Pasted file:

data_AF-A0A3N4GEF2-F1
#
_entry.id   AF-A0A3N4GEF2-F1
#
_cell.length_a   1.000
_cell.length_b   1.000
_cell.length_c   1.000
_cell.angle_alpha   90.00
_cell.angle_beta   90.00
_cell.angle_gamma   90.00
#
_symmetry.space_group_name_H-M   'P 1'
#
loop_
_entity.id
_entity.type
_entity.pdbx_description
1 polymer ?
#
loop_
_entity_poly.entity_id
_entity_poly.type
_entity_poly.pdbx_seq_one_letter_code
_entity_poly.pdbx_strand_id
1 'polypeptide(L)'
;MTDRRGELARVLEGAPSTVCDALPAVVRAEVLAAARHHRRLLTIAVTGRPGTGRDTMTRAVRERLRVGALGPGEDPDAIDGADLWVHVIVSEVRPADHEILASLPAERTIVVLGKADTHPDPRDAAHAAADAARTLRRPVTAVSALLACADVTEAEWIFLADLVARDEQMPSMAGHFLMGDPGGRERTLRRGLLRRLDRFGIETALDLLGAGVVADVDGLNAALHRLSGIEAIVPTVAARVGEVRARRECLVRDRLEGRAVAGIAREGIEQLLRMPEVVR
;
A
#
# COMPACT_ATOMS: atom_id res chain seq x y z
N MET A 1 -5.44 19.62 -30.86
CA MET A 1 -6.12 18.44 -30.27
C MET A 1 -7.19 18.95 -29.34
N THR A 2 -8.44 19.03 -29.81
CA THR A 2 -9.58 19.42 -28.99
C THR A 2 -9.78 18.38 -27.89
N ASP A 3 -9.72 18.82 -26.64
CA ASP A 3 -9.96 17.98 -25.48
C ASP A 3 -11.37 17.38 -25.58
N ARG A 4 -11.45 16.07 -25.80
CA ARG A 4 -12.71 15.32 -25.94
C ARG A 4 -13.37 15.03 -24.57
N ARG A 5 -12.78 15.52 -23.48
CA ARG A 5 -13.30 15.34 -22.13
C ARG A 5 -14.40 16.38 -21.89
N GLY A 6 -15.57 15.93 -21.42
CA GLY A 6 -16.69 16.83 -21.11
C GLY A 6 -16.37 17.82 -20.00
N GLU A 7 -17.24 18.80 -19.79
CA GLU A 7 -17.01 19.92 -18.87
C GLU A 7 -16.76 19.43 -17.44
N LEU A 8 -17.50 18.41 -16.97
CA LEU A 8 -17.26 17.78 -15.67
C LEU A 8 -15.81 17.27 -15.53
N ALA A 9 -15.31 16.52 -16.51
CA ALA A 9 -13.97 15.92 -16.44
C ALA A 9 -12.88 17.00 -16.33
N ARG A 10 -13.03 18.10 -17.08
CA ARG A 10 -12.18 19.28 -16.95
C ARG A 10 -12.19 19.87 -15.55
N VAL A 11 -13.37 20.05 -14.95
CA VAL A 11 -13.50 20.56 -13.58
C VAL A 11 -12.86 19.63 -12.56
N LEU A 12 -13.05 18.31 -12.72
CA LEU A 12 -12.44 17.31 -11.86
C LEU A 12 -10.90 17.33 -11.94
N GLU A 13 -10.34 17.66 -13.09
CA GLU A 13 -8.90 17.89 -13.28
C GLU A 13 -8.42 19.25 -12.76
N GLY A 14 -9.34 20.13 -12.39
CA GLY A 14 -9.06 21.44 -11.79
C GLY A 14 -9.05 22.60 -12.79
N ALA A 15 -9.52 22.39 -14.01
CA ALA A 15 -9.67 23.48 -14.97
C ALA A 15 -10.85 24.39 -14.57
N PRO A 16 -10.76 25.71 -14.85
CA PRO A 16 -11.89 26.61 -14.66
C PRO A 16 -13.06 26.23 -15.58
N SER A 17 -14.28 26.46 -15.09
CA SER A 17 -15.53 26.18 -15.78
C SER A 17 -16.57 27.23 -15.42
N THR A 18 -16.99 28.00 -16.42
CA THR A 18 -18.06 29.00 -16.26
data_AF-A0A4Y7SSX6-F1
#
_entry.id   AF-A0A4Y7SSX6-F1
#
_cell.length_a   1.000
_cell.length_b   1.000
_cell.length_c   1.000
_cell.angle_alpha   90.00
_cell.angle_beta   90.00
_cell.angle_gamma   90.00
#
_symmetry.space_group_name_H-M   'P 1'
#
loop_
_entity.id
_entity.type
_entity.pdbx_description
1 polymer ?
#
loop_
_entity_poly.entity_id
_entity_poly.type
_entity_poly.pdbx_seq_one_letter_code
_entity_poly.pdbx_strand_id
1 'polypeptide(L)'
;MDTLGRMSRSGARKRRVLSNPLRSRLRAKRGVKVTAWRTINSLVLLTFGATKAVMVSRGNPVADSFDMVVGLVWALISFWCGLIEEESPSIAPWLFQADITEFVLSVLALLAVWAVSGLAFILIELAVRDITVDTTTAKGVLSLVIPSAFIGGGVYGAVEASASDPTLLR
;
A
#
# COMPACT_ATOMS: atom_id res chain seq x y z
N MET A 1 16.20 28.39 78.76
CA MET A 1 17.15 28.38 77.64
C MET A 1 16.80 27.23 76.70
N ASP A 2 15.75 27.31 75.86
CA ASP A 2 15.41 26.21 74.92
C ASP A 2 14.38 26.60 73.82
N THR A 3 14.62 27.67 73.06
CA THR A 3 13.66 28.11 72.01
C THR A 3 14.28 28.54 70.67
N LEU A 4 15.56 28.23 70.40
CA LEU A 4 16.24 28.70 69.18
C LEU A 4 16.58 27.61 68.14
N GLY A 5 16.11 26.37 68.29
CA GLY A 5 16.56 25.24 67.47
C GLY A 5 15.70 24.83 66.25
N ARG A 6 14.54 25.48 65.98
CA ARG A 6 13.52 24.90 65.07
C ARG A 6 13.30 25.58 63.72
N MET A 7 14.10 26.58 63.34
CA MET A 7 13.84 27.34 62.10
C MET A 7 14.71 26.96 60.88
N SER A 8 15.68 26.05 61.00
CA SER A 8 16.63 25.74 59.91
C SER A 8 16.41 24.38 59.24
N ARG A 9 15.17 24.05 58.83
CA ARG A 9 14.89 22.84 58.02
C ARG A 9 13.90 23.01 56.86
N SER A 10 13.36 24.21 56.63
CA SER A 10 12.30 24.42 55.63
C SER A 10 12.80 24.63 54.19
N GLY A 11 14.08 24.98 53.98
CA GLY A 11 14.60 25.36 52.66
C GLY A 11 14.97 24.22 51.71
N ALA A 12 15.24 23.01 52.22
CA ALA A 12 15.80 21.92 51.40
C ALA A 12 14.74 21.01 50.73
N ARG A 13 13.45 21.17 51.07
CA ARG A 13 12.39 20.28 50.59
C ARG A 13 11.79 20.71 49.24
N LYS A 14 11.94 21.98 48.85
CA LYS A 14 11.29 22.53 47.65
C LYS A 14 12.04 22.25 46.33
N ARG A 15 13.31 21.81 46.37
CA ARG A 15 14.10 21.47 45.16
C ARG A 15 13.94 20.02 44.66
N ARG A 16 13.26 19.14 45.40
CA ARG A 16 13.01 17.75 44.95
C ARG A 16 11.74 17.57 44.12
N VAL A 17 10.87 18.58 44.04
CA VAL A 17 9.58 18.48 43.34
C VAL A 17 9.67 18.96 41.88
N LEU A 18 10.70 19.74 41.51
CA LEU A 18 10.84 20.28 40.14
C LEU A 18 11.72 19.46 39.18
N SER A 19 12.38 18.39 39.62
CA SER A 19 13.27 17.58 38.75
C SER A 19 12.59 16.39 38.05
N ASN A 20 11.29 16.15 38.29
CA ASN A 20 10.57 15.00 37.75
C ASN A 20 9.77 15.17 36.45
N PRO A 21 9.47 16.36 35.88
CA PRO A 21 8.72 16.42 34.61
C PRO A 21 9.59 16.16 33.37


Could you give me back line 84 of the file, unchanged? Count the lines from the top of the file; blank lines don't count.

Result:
data_AF-A0A4Y7SSX6-F1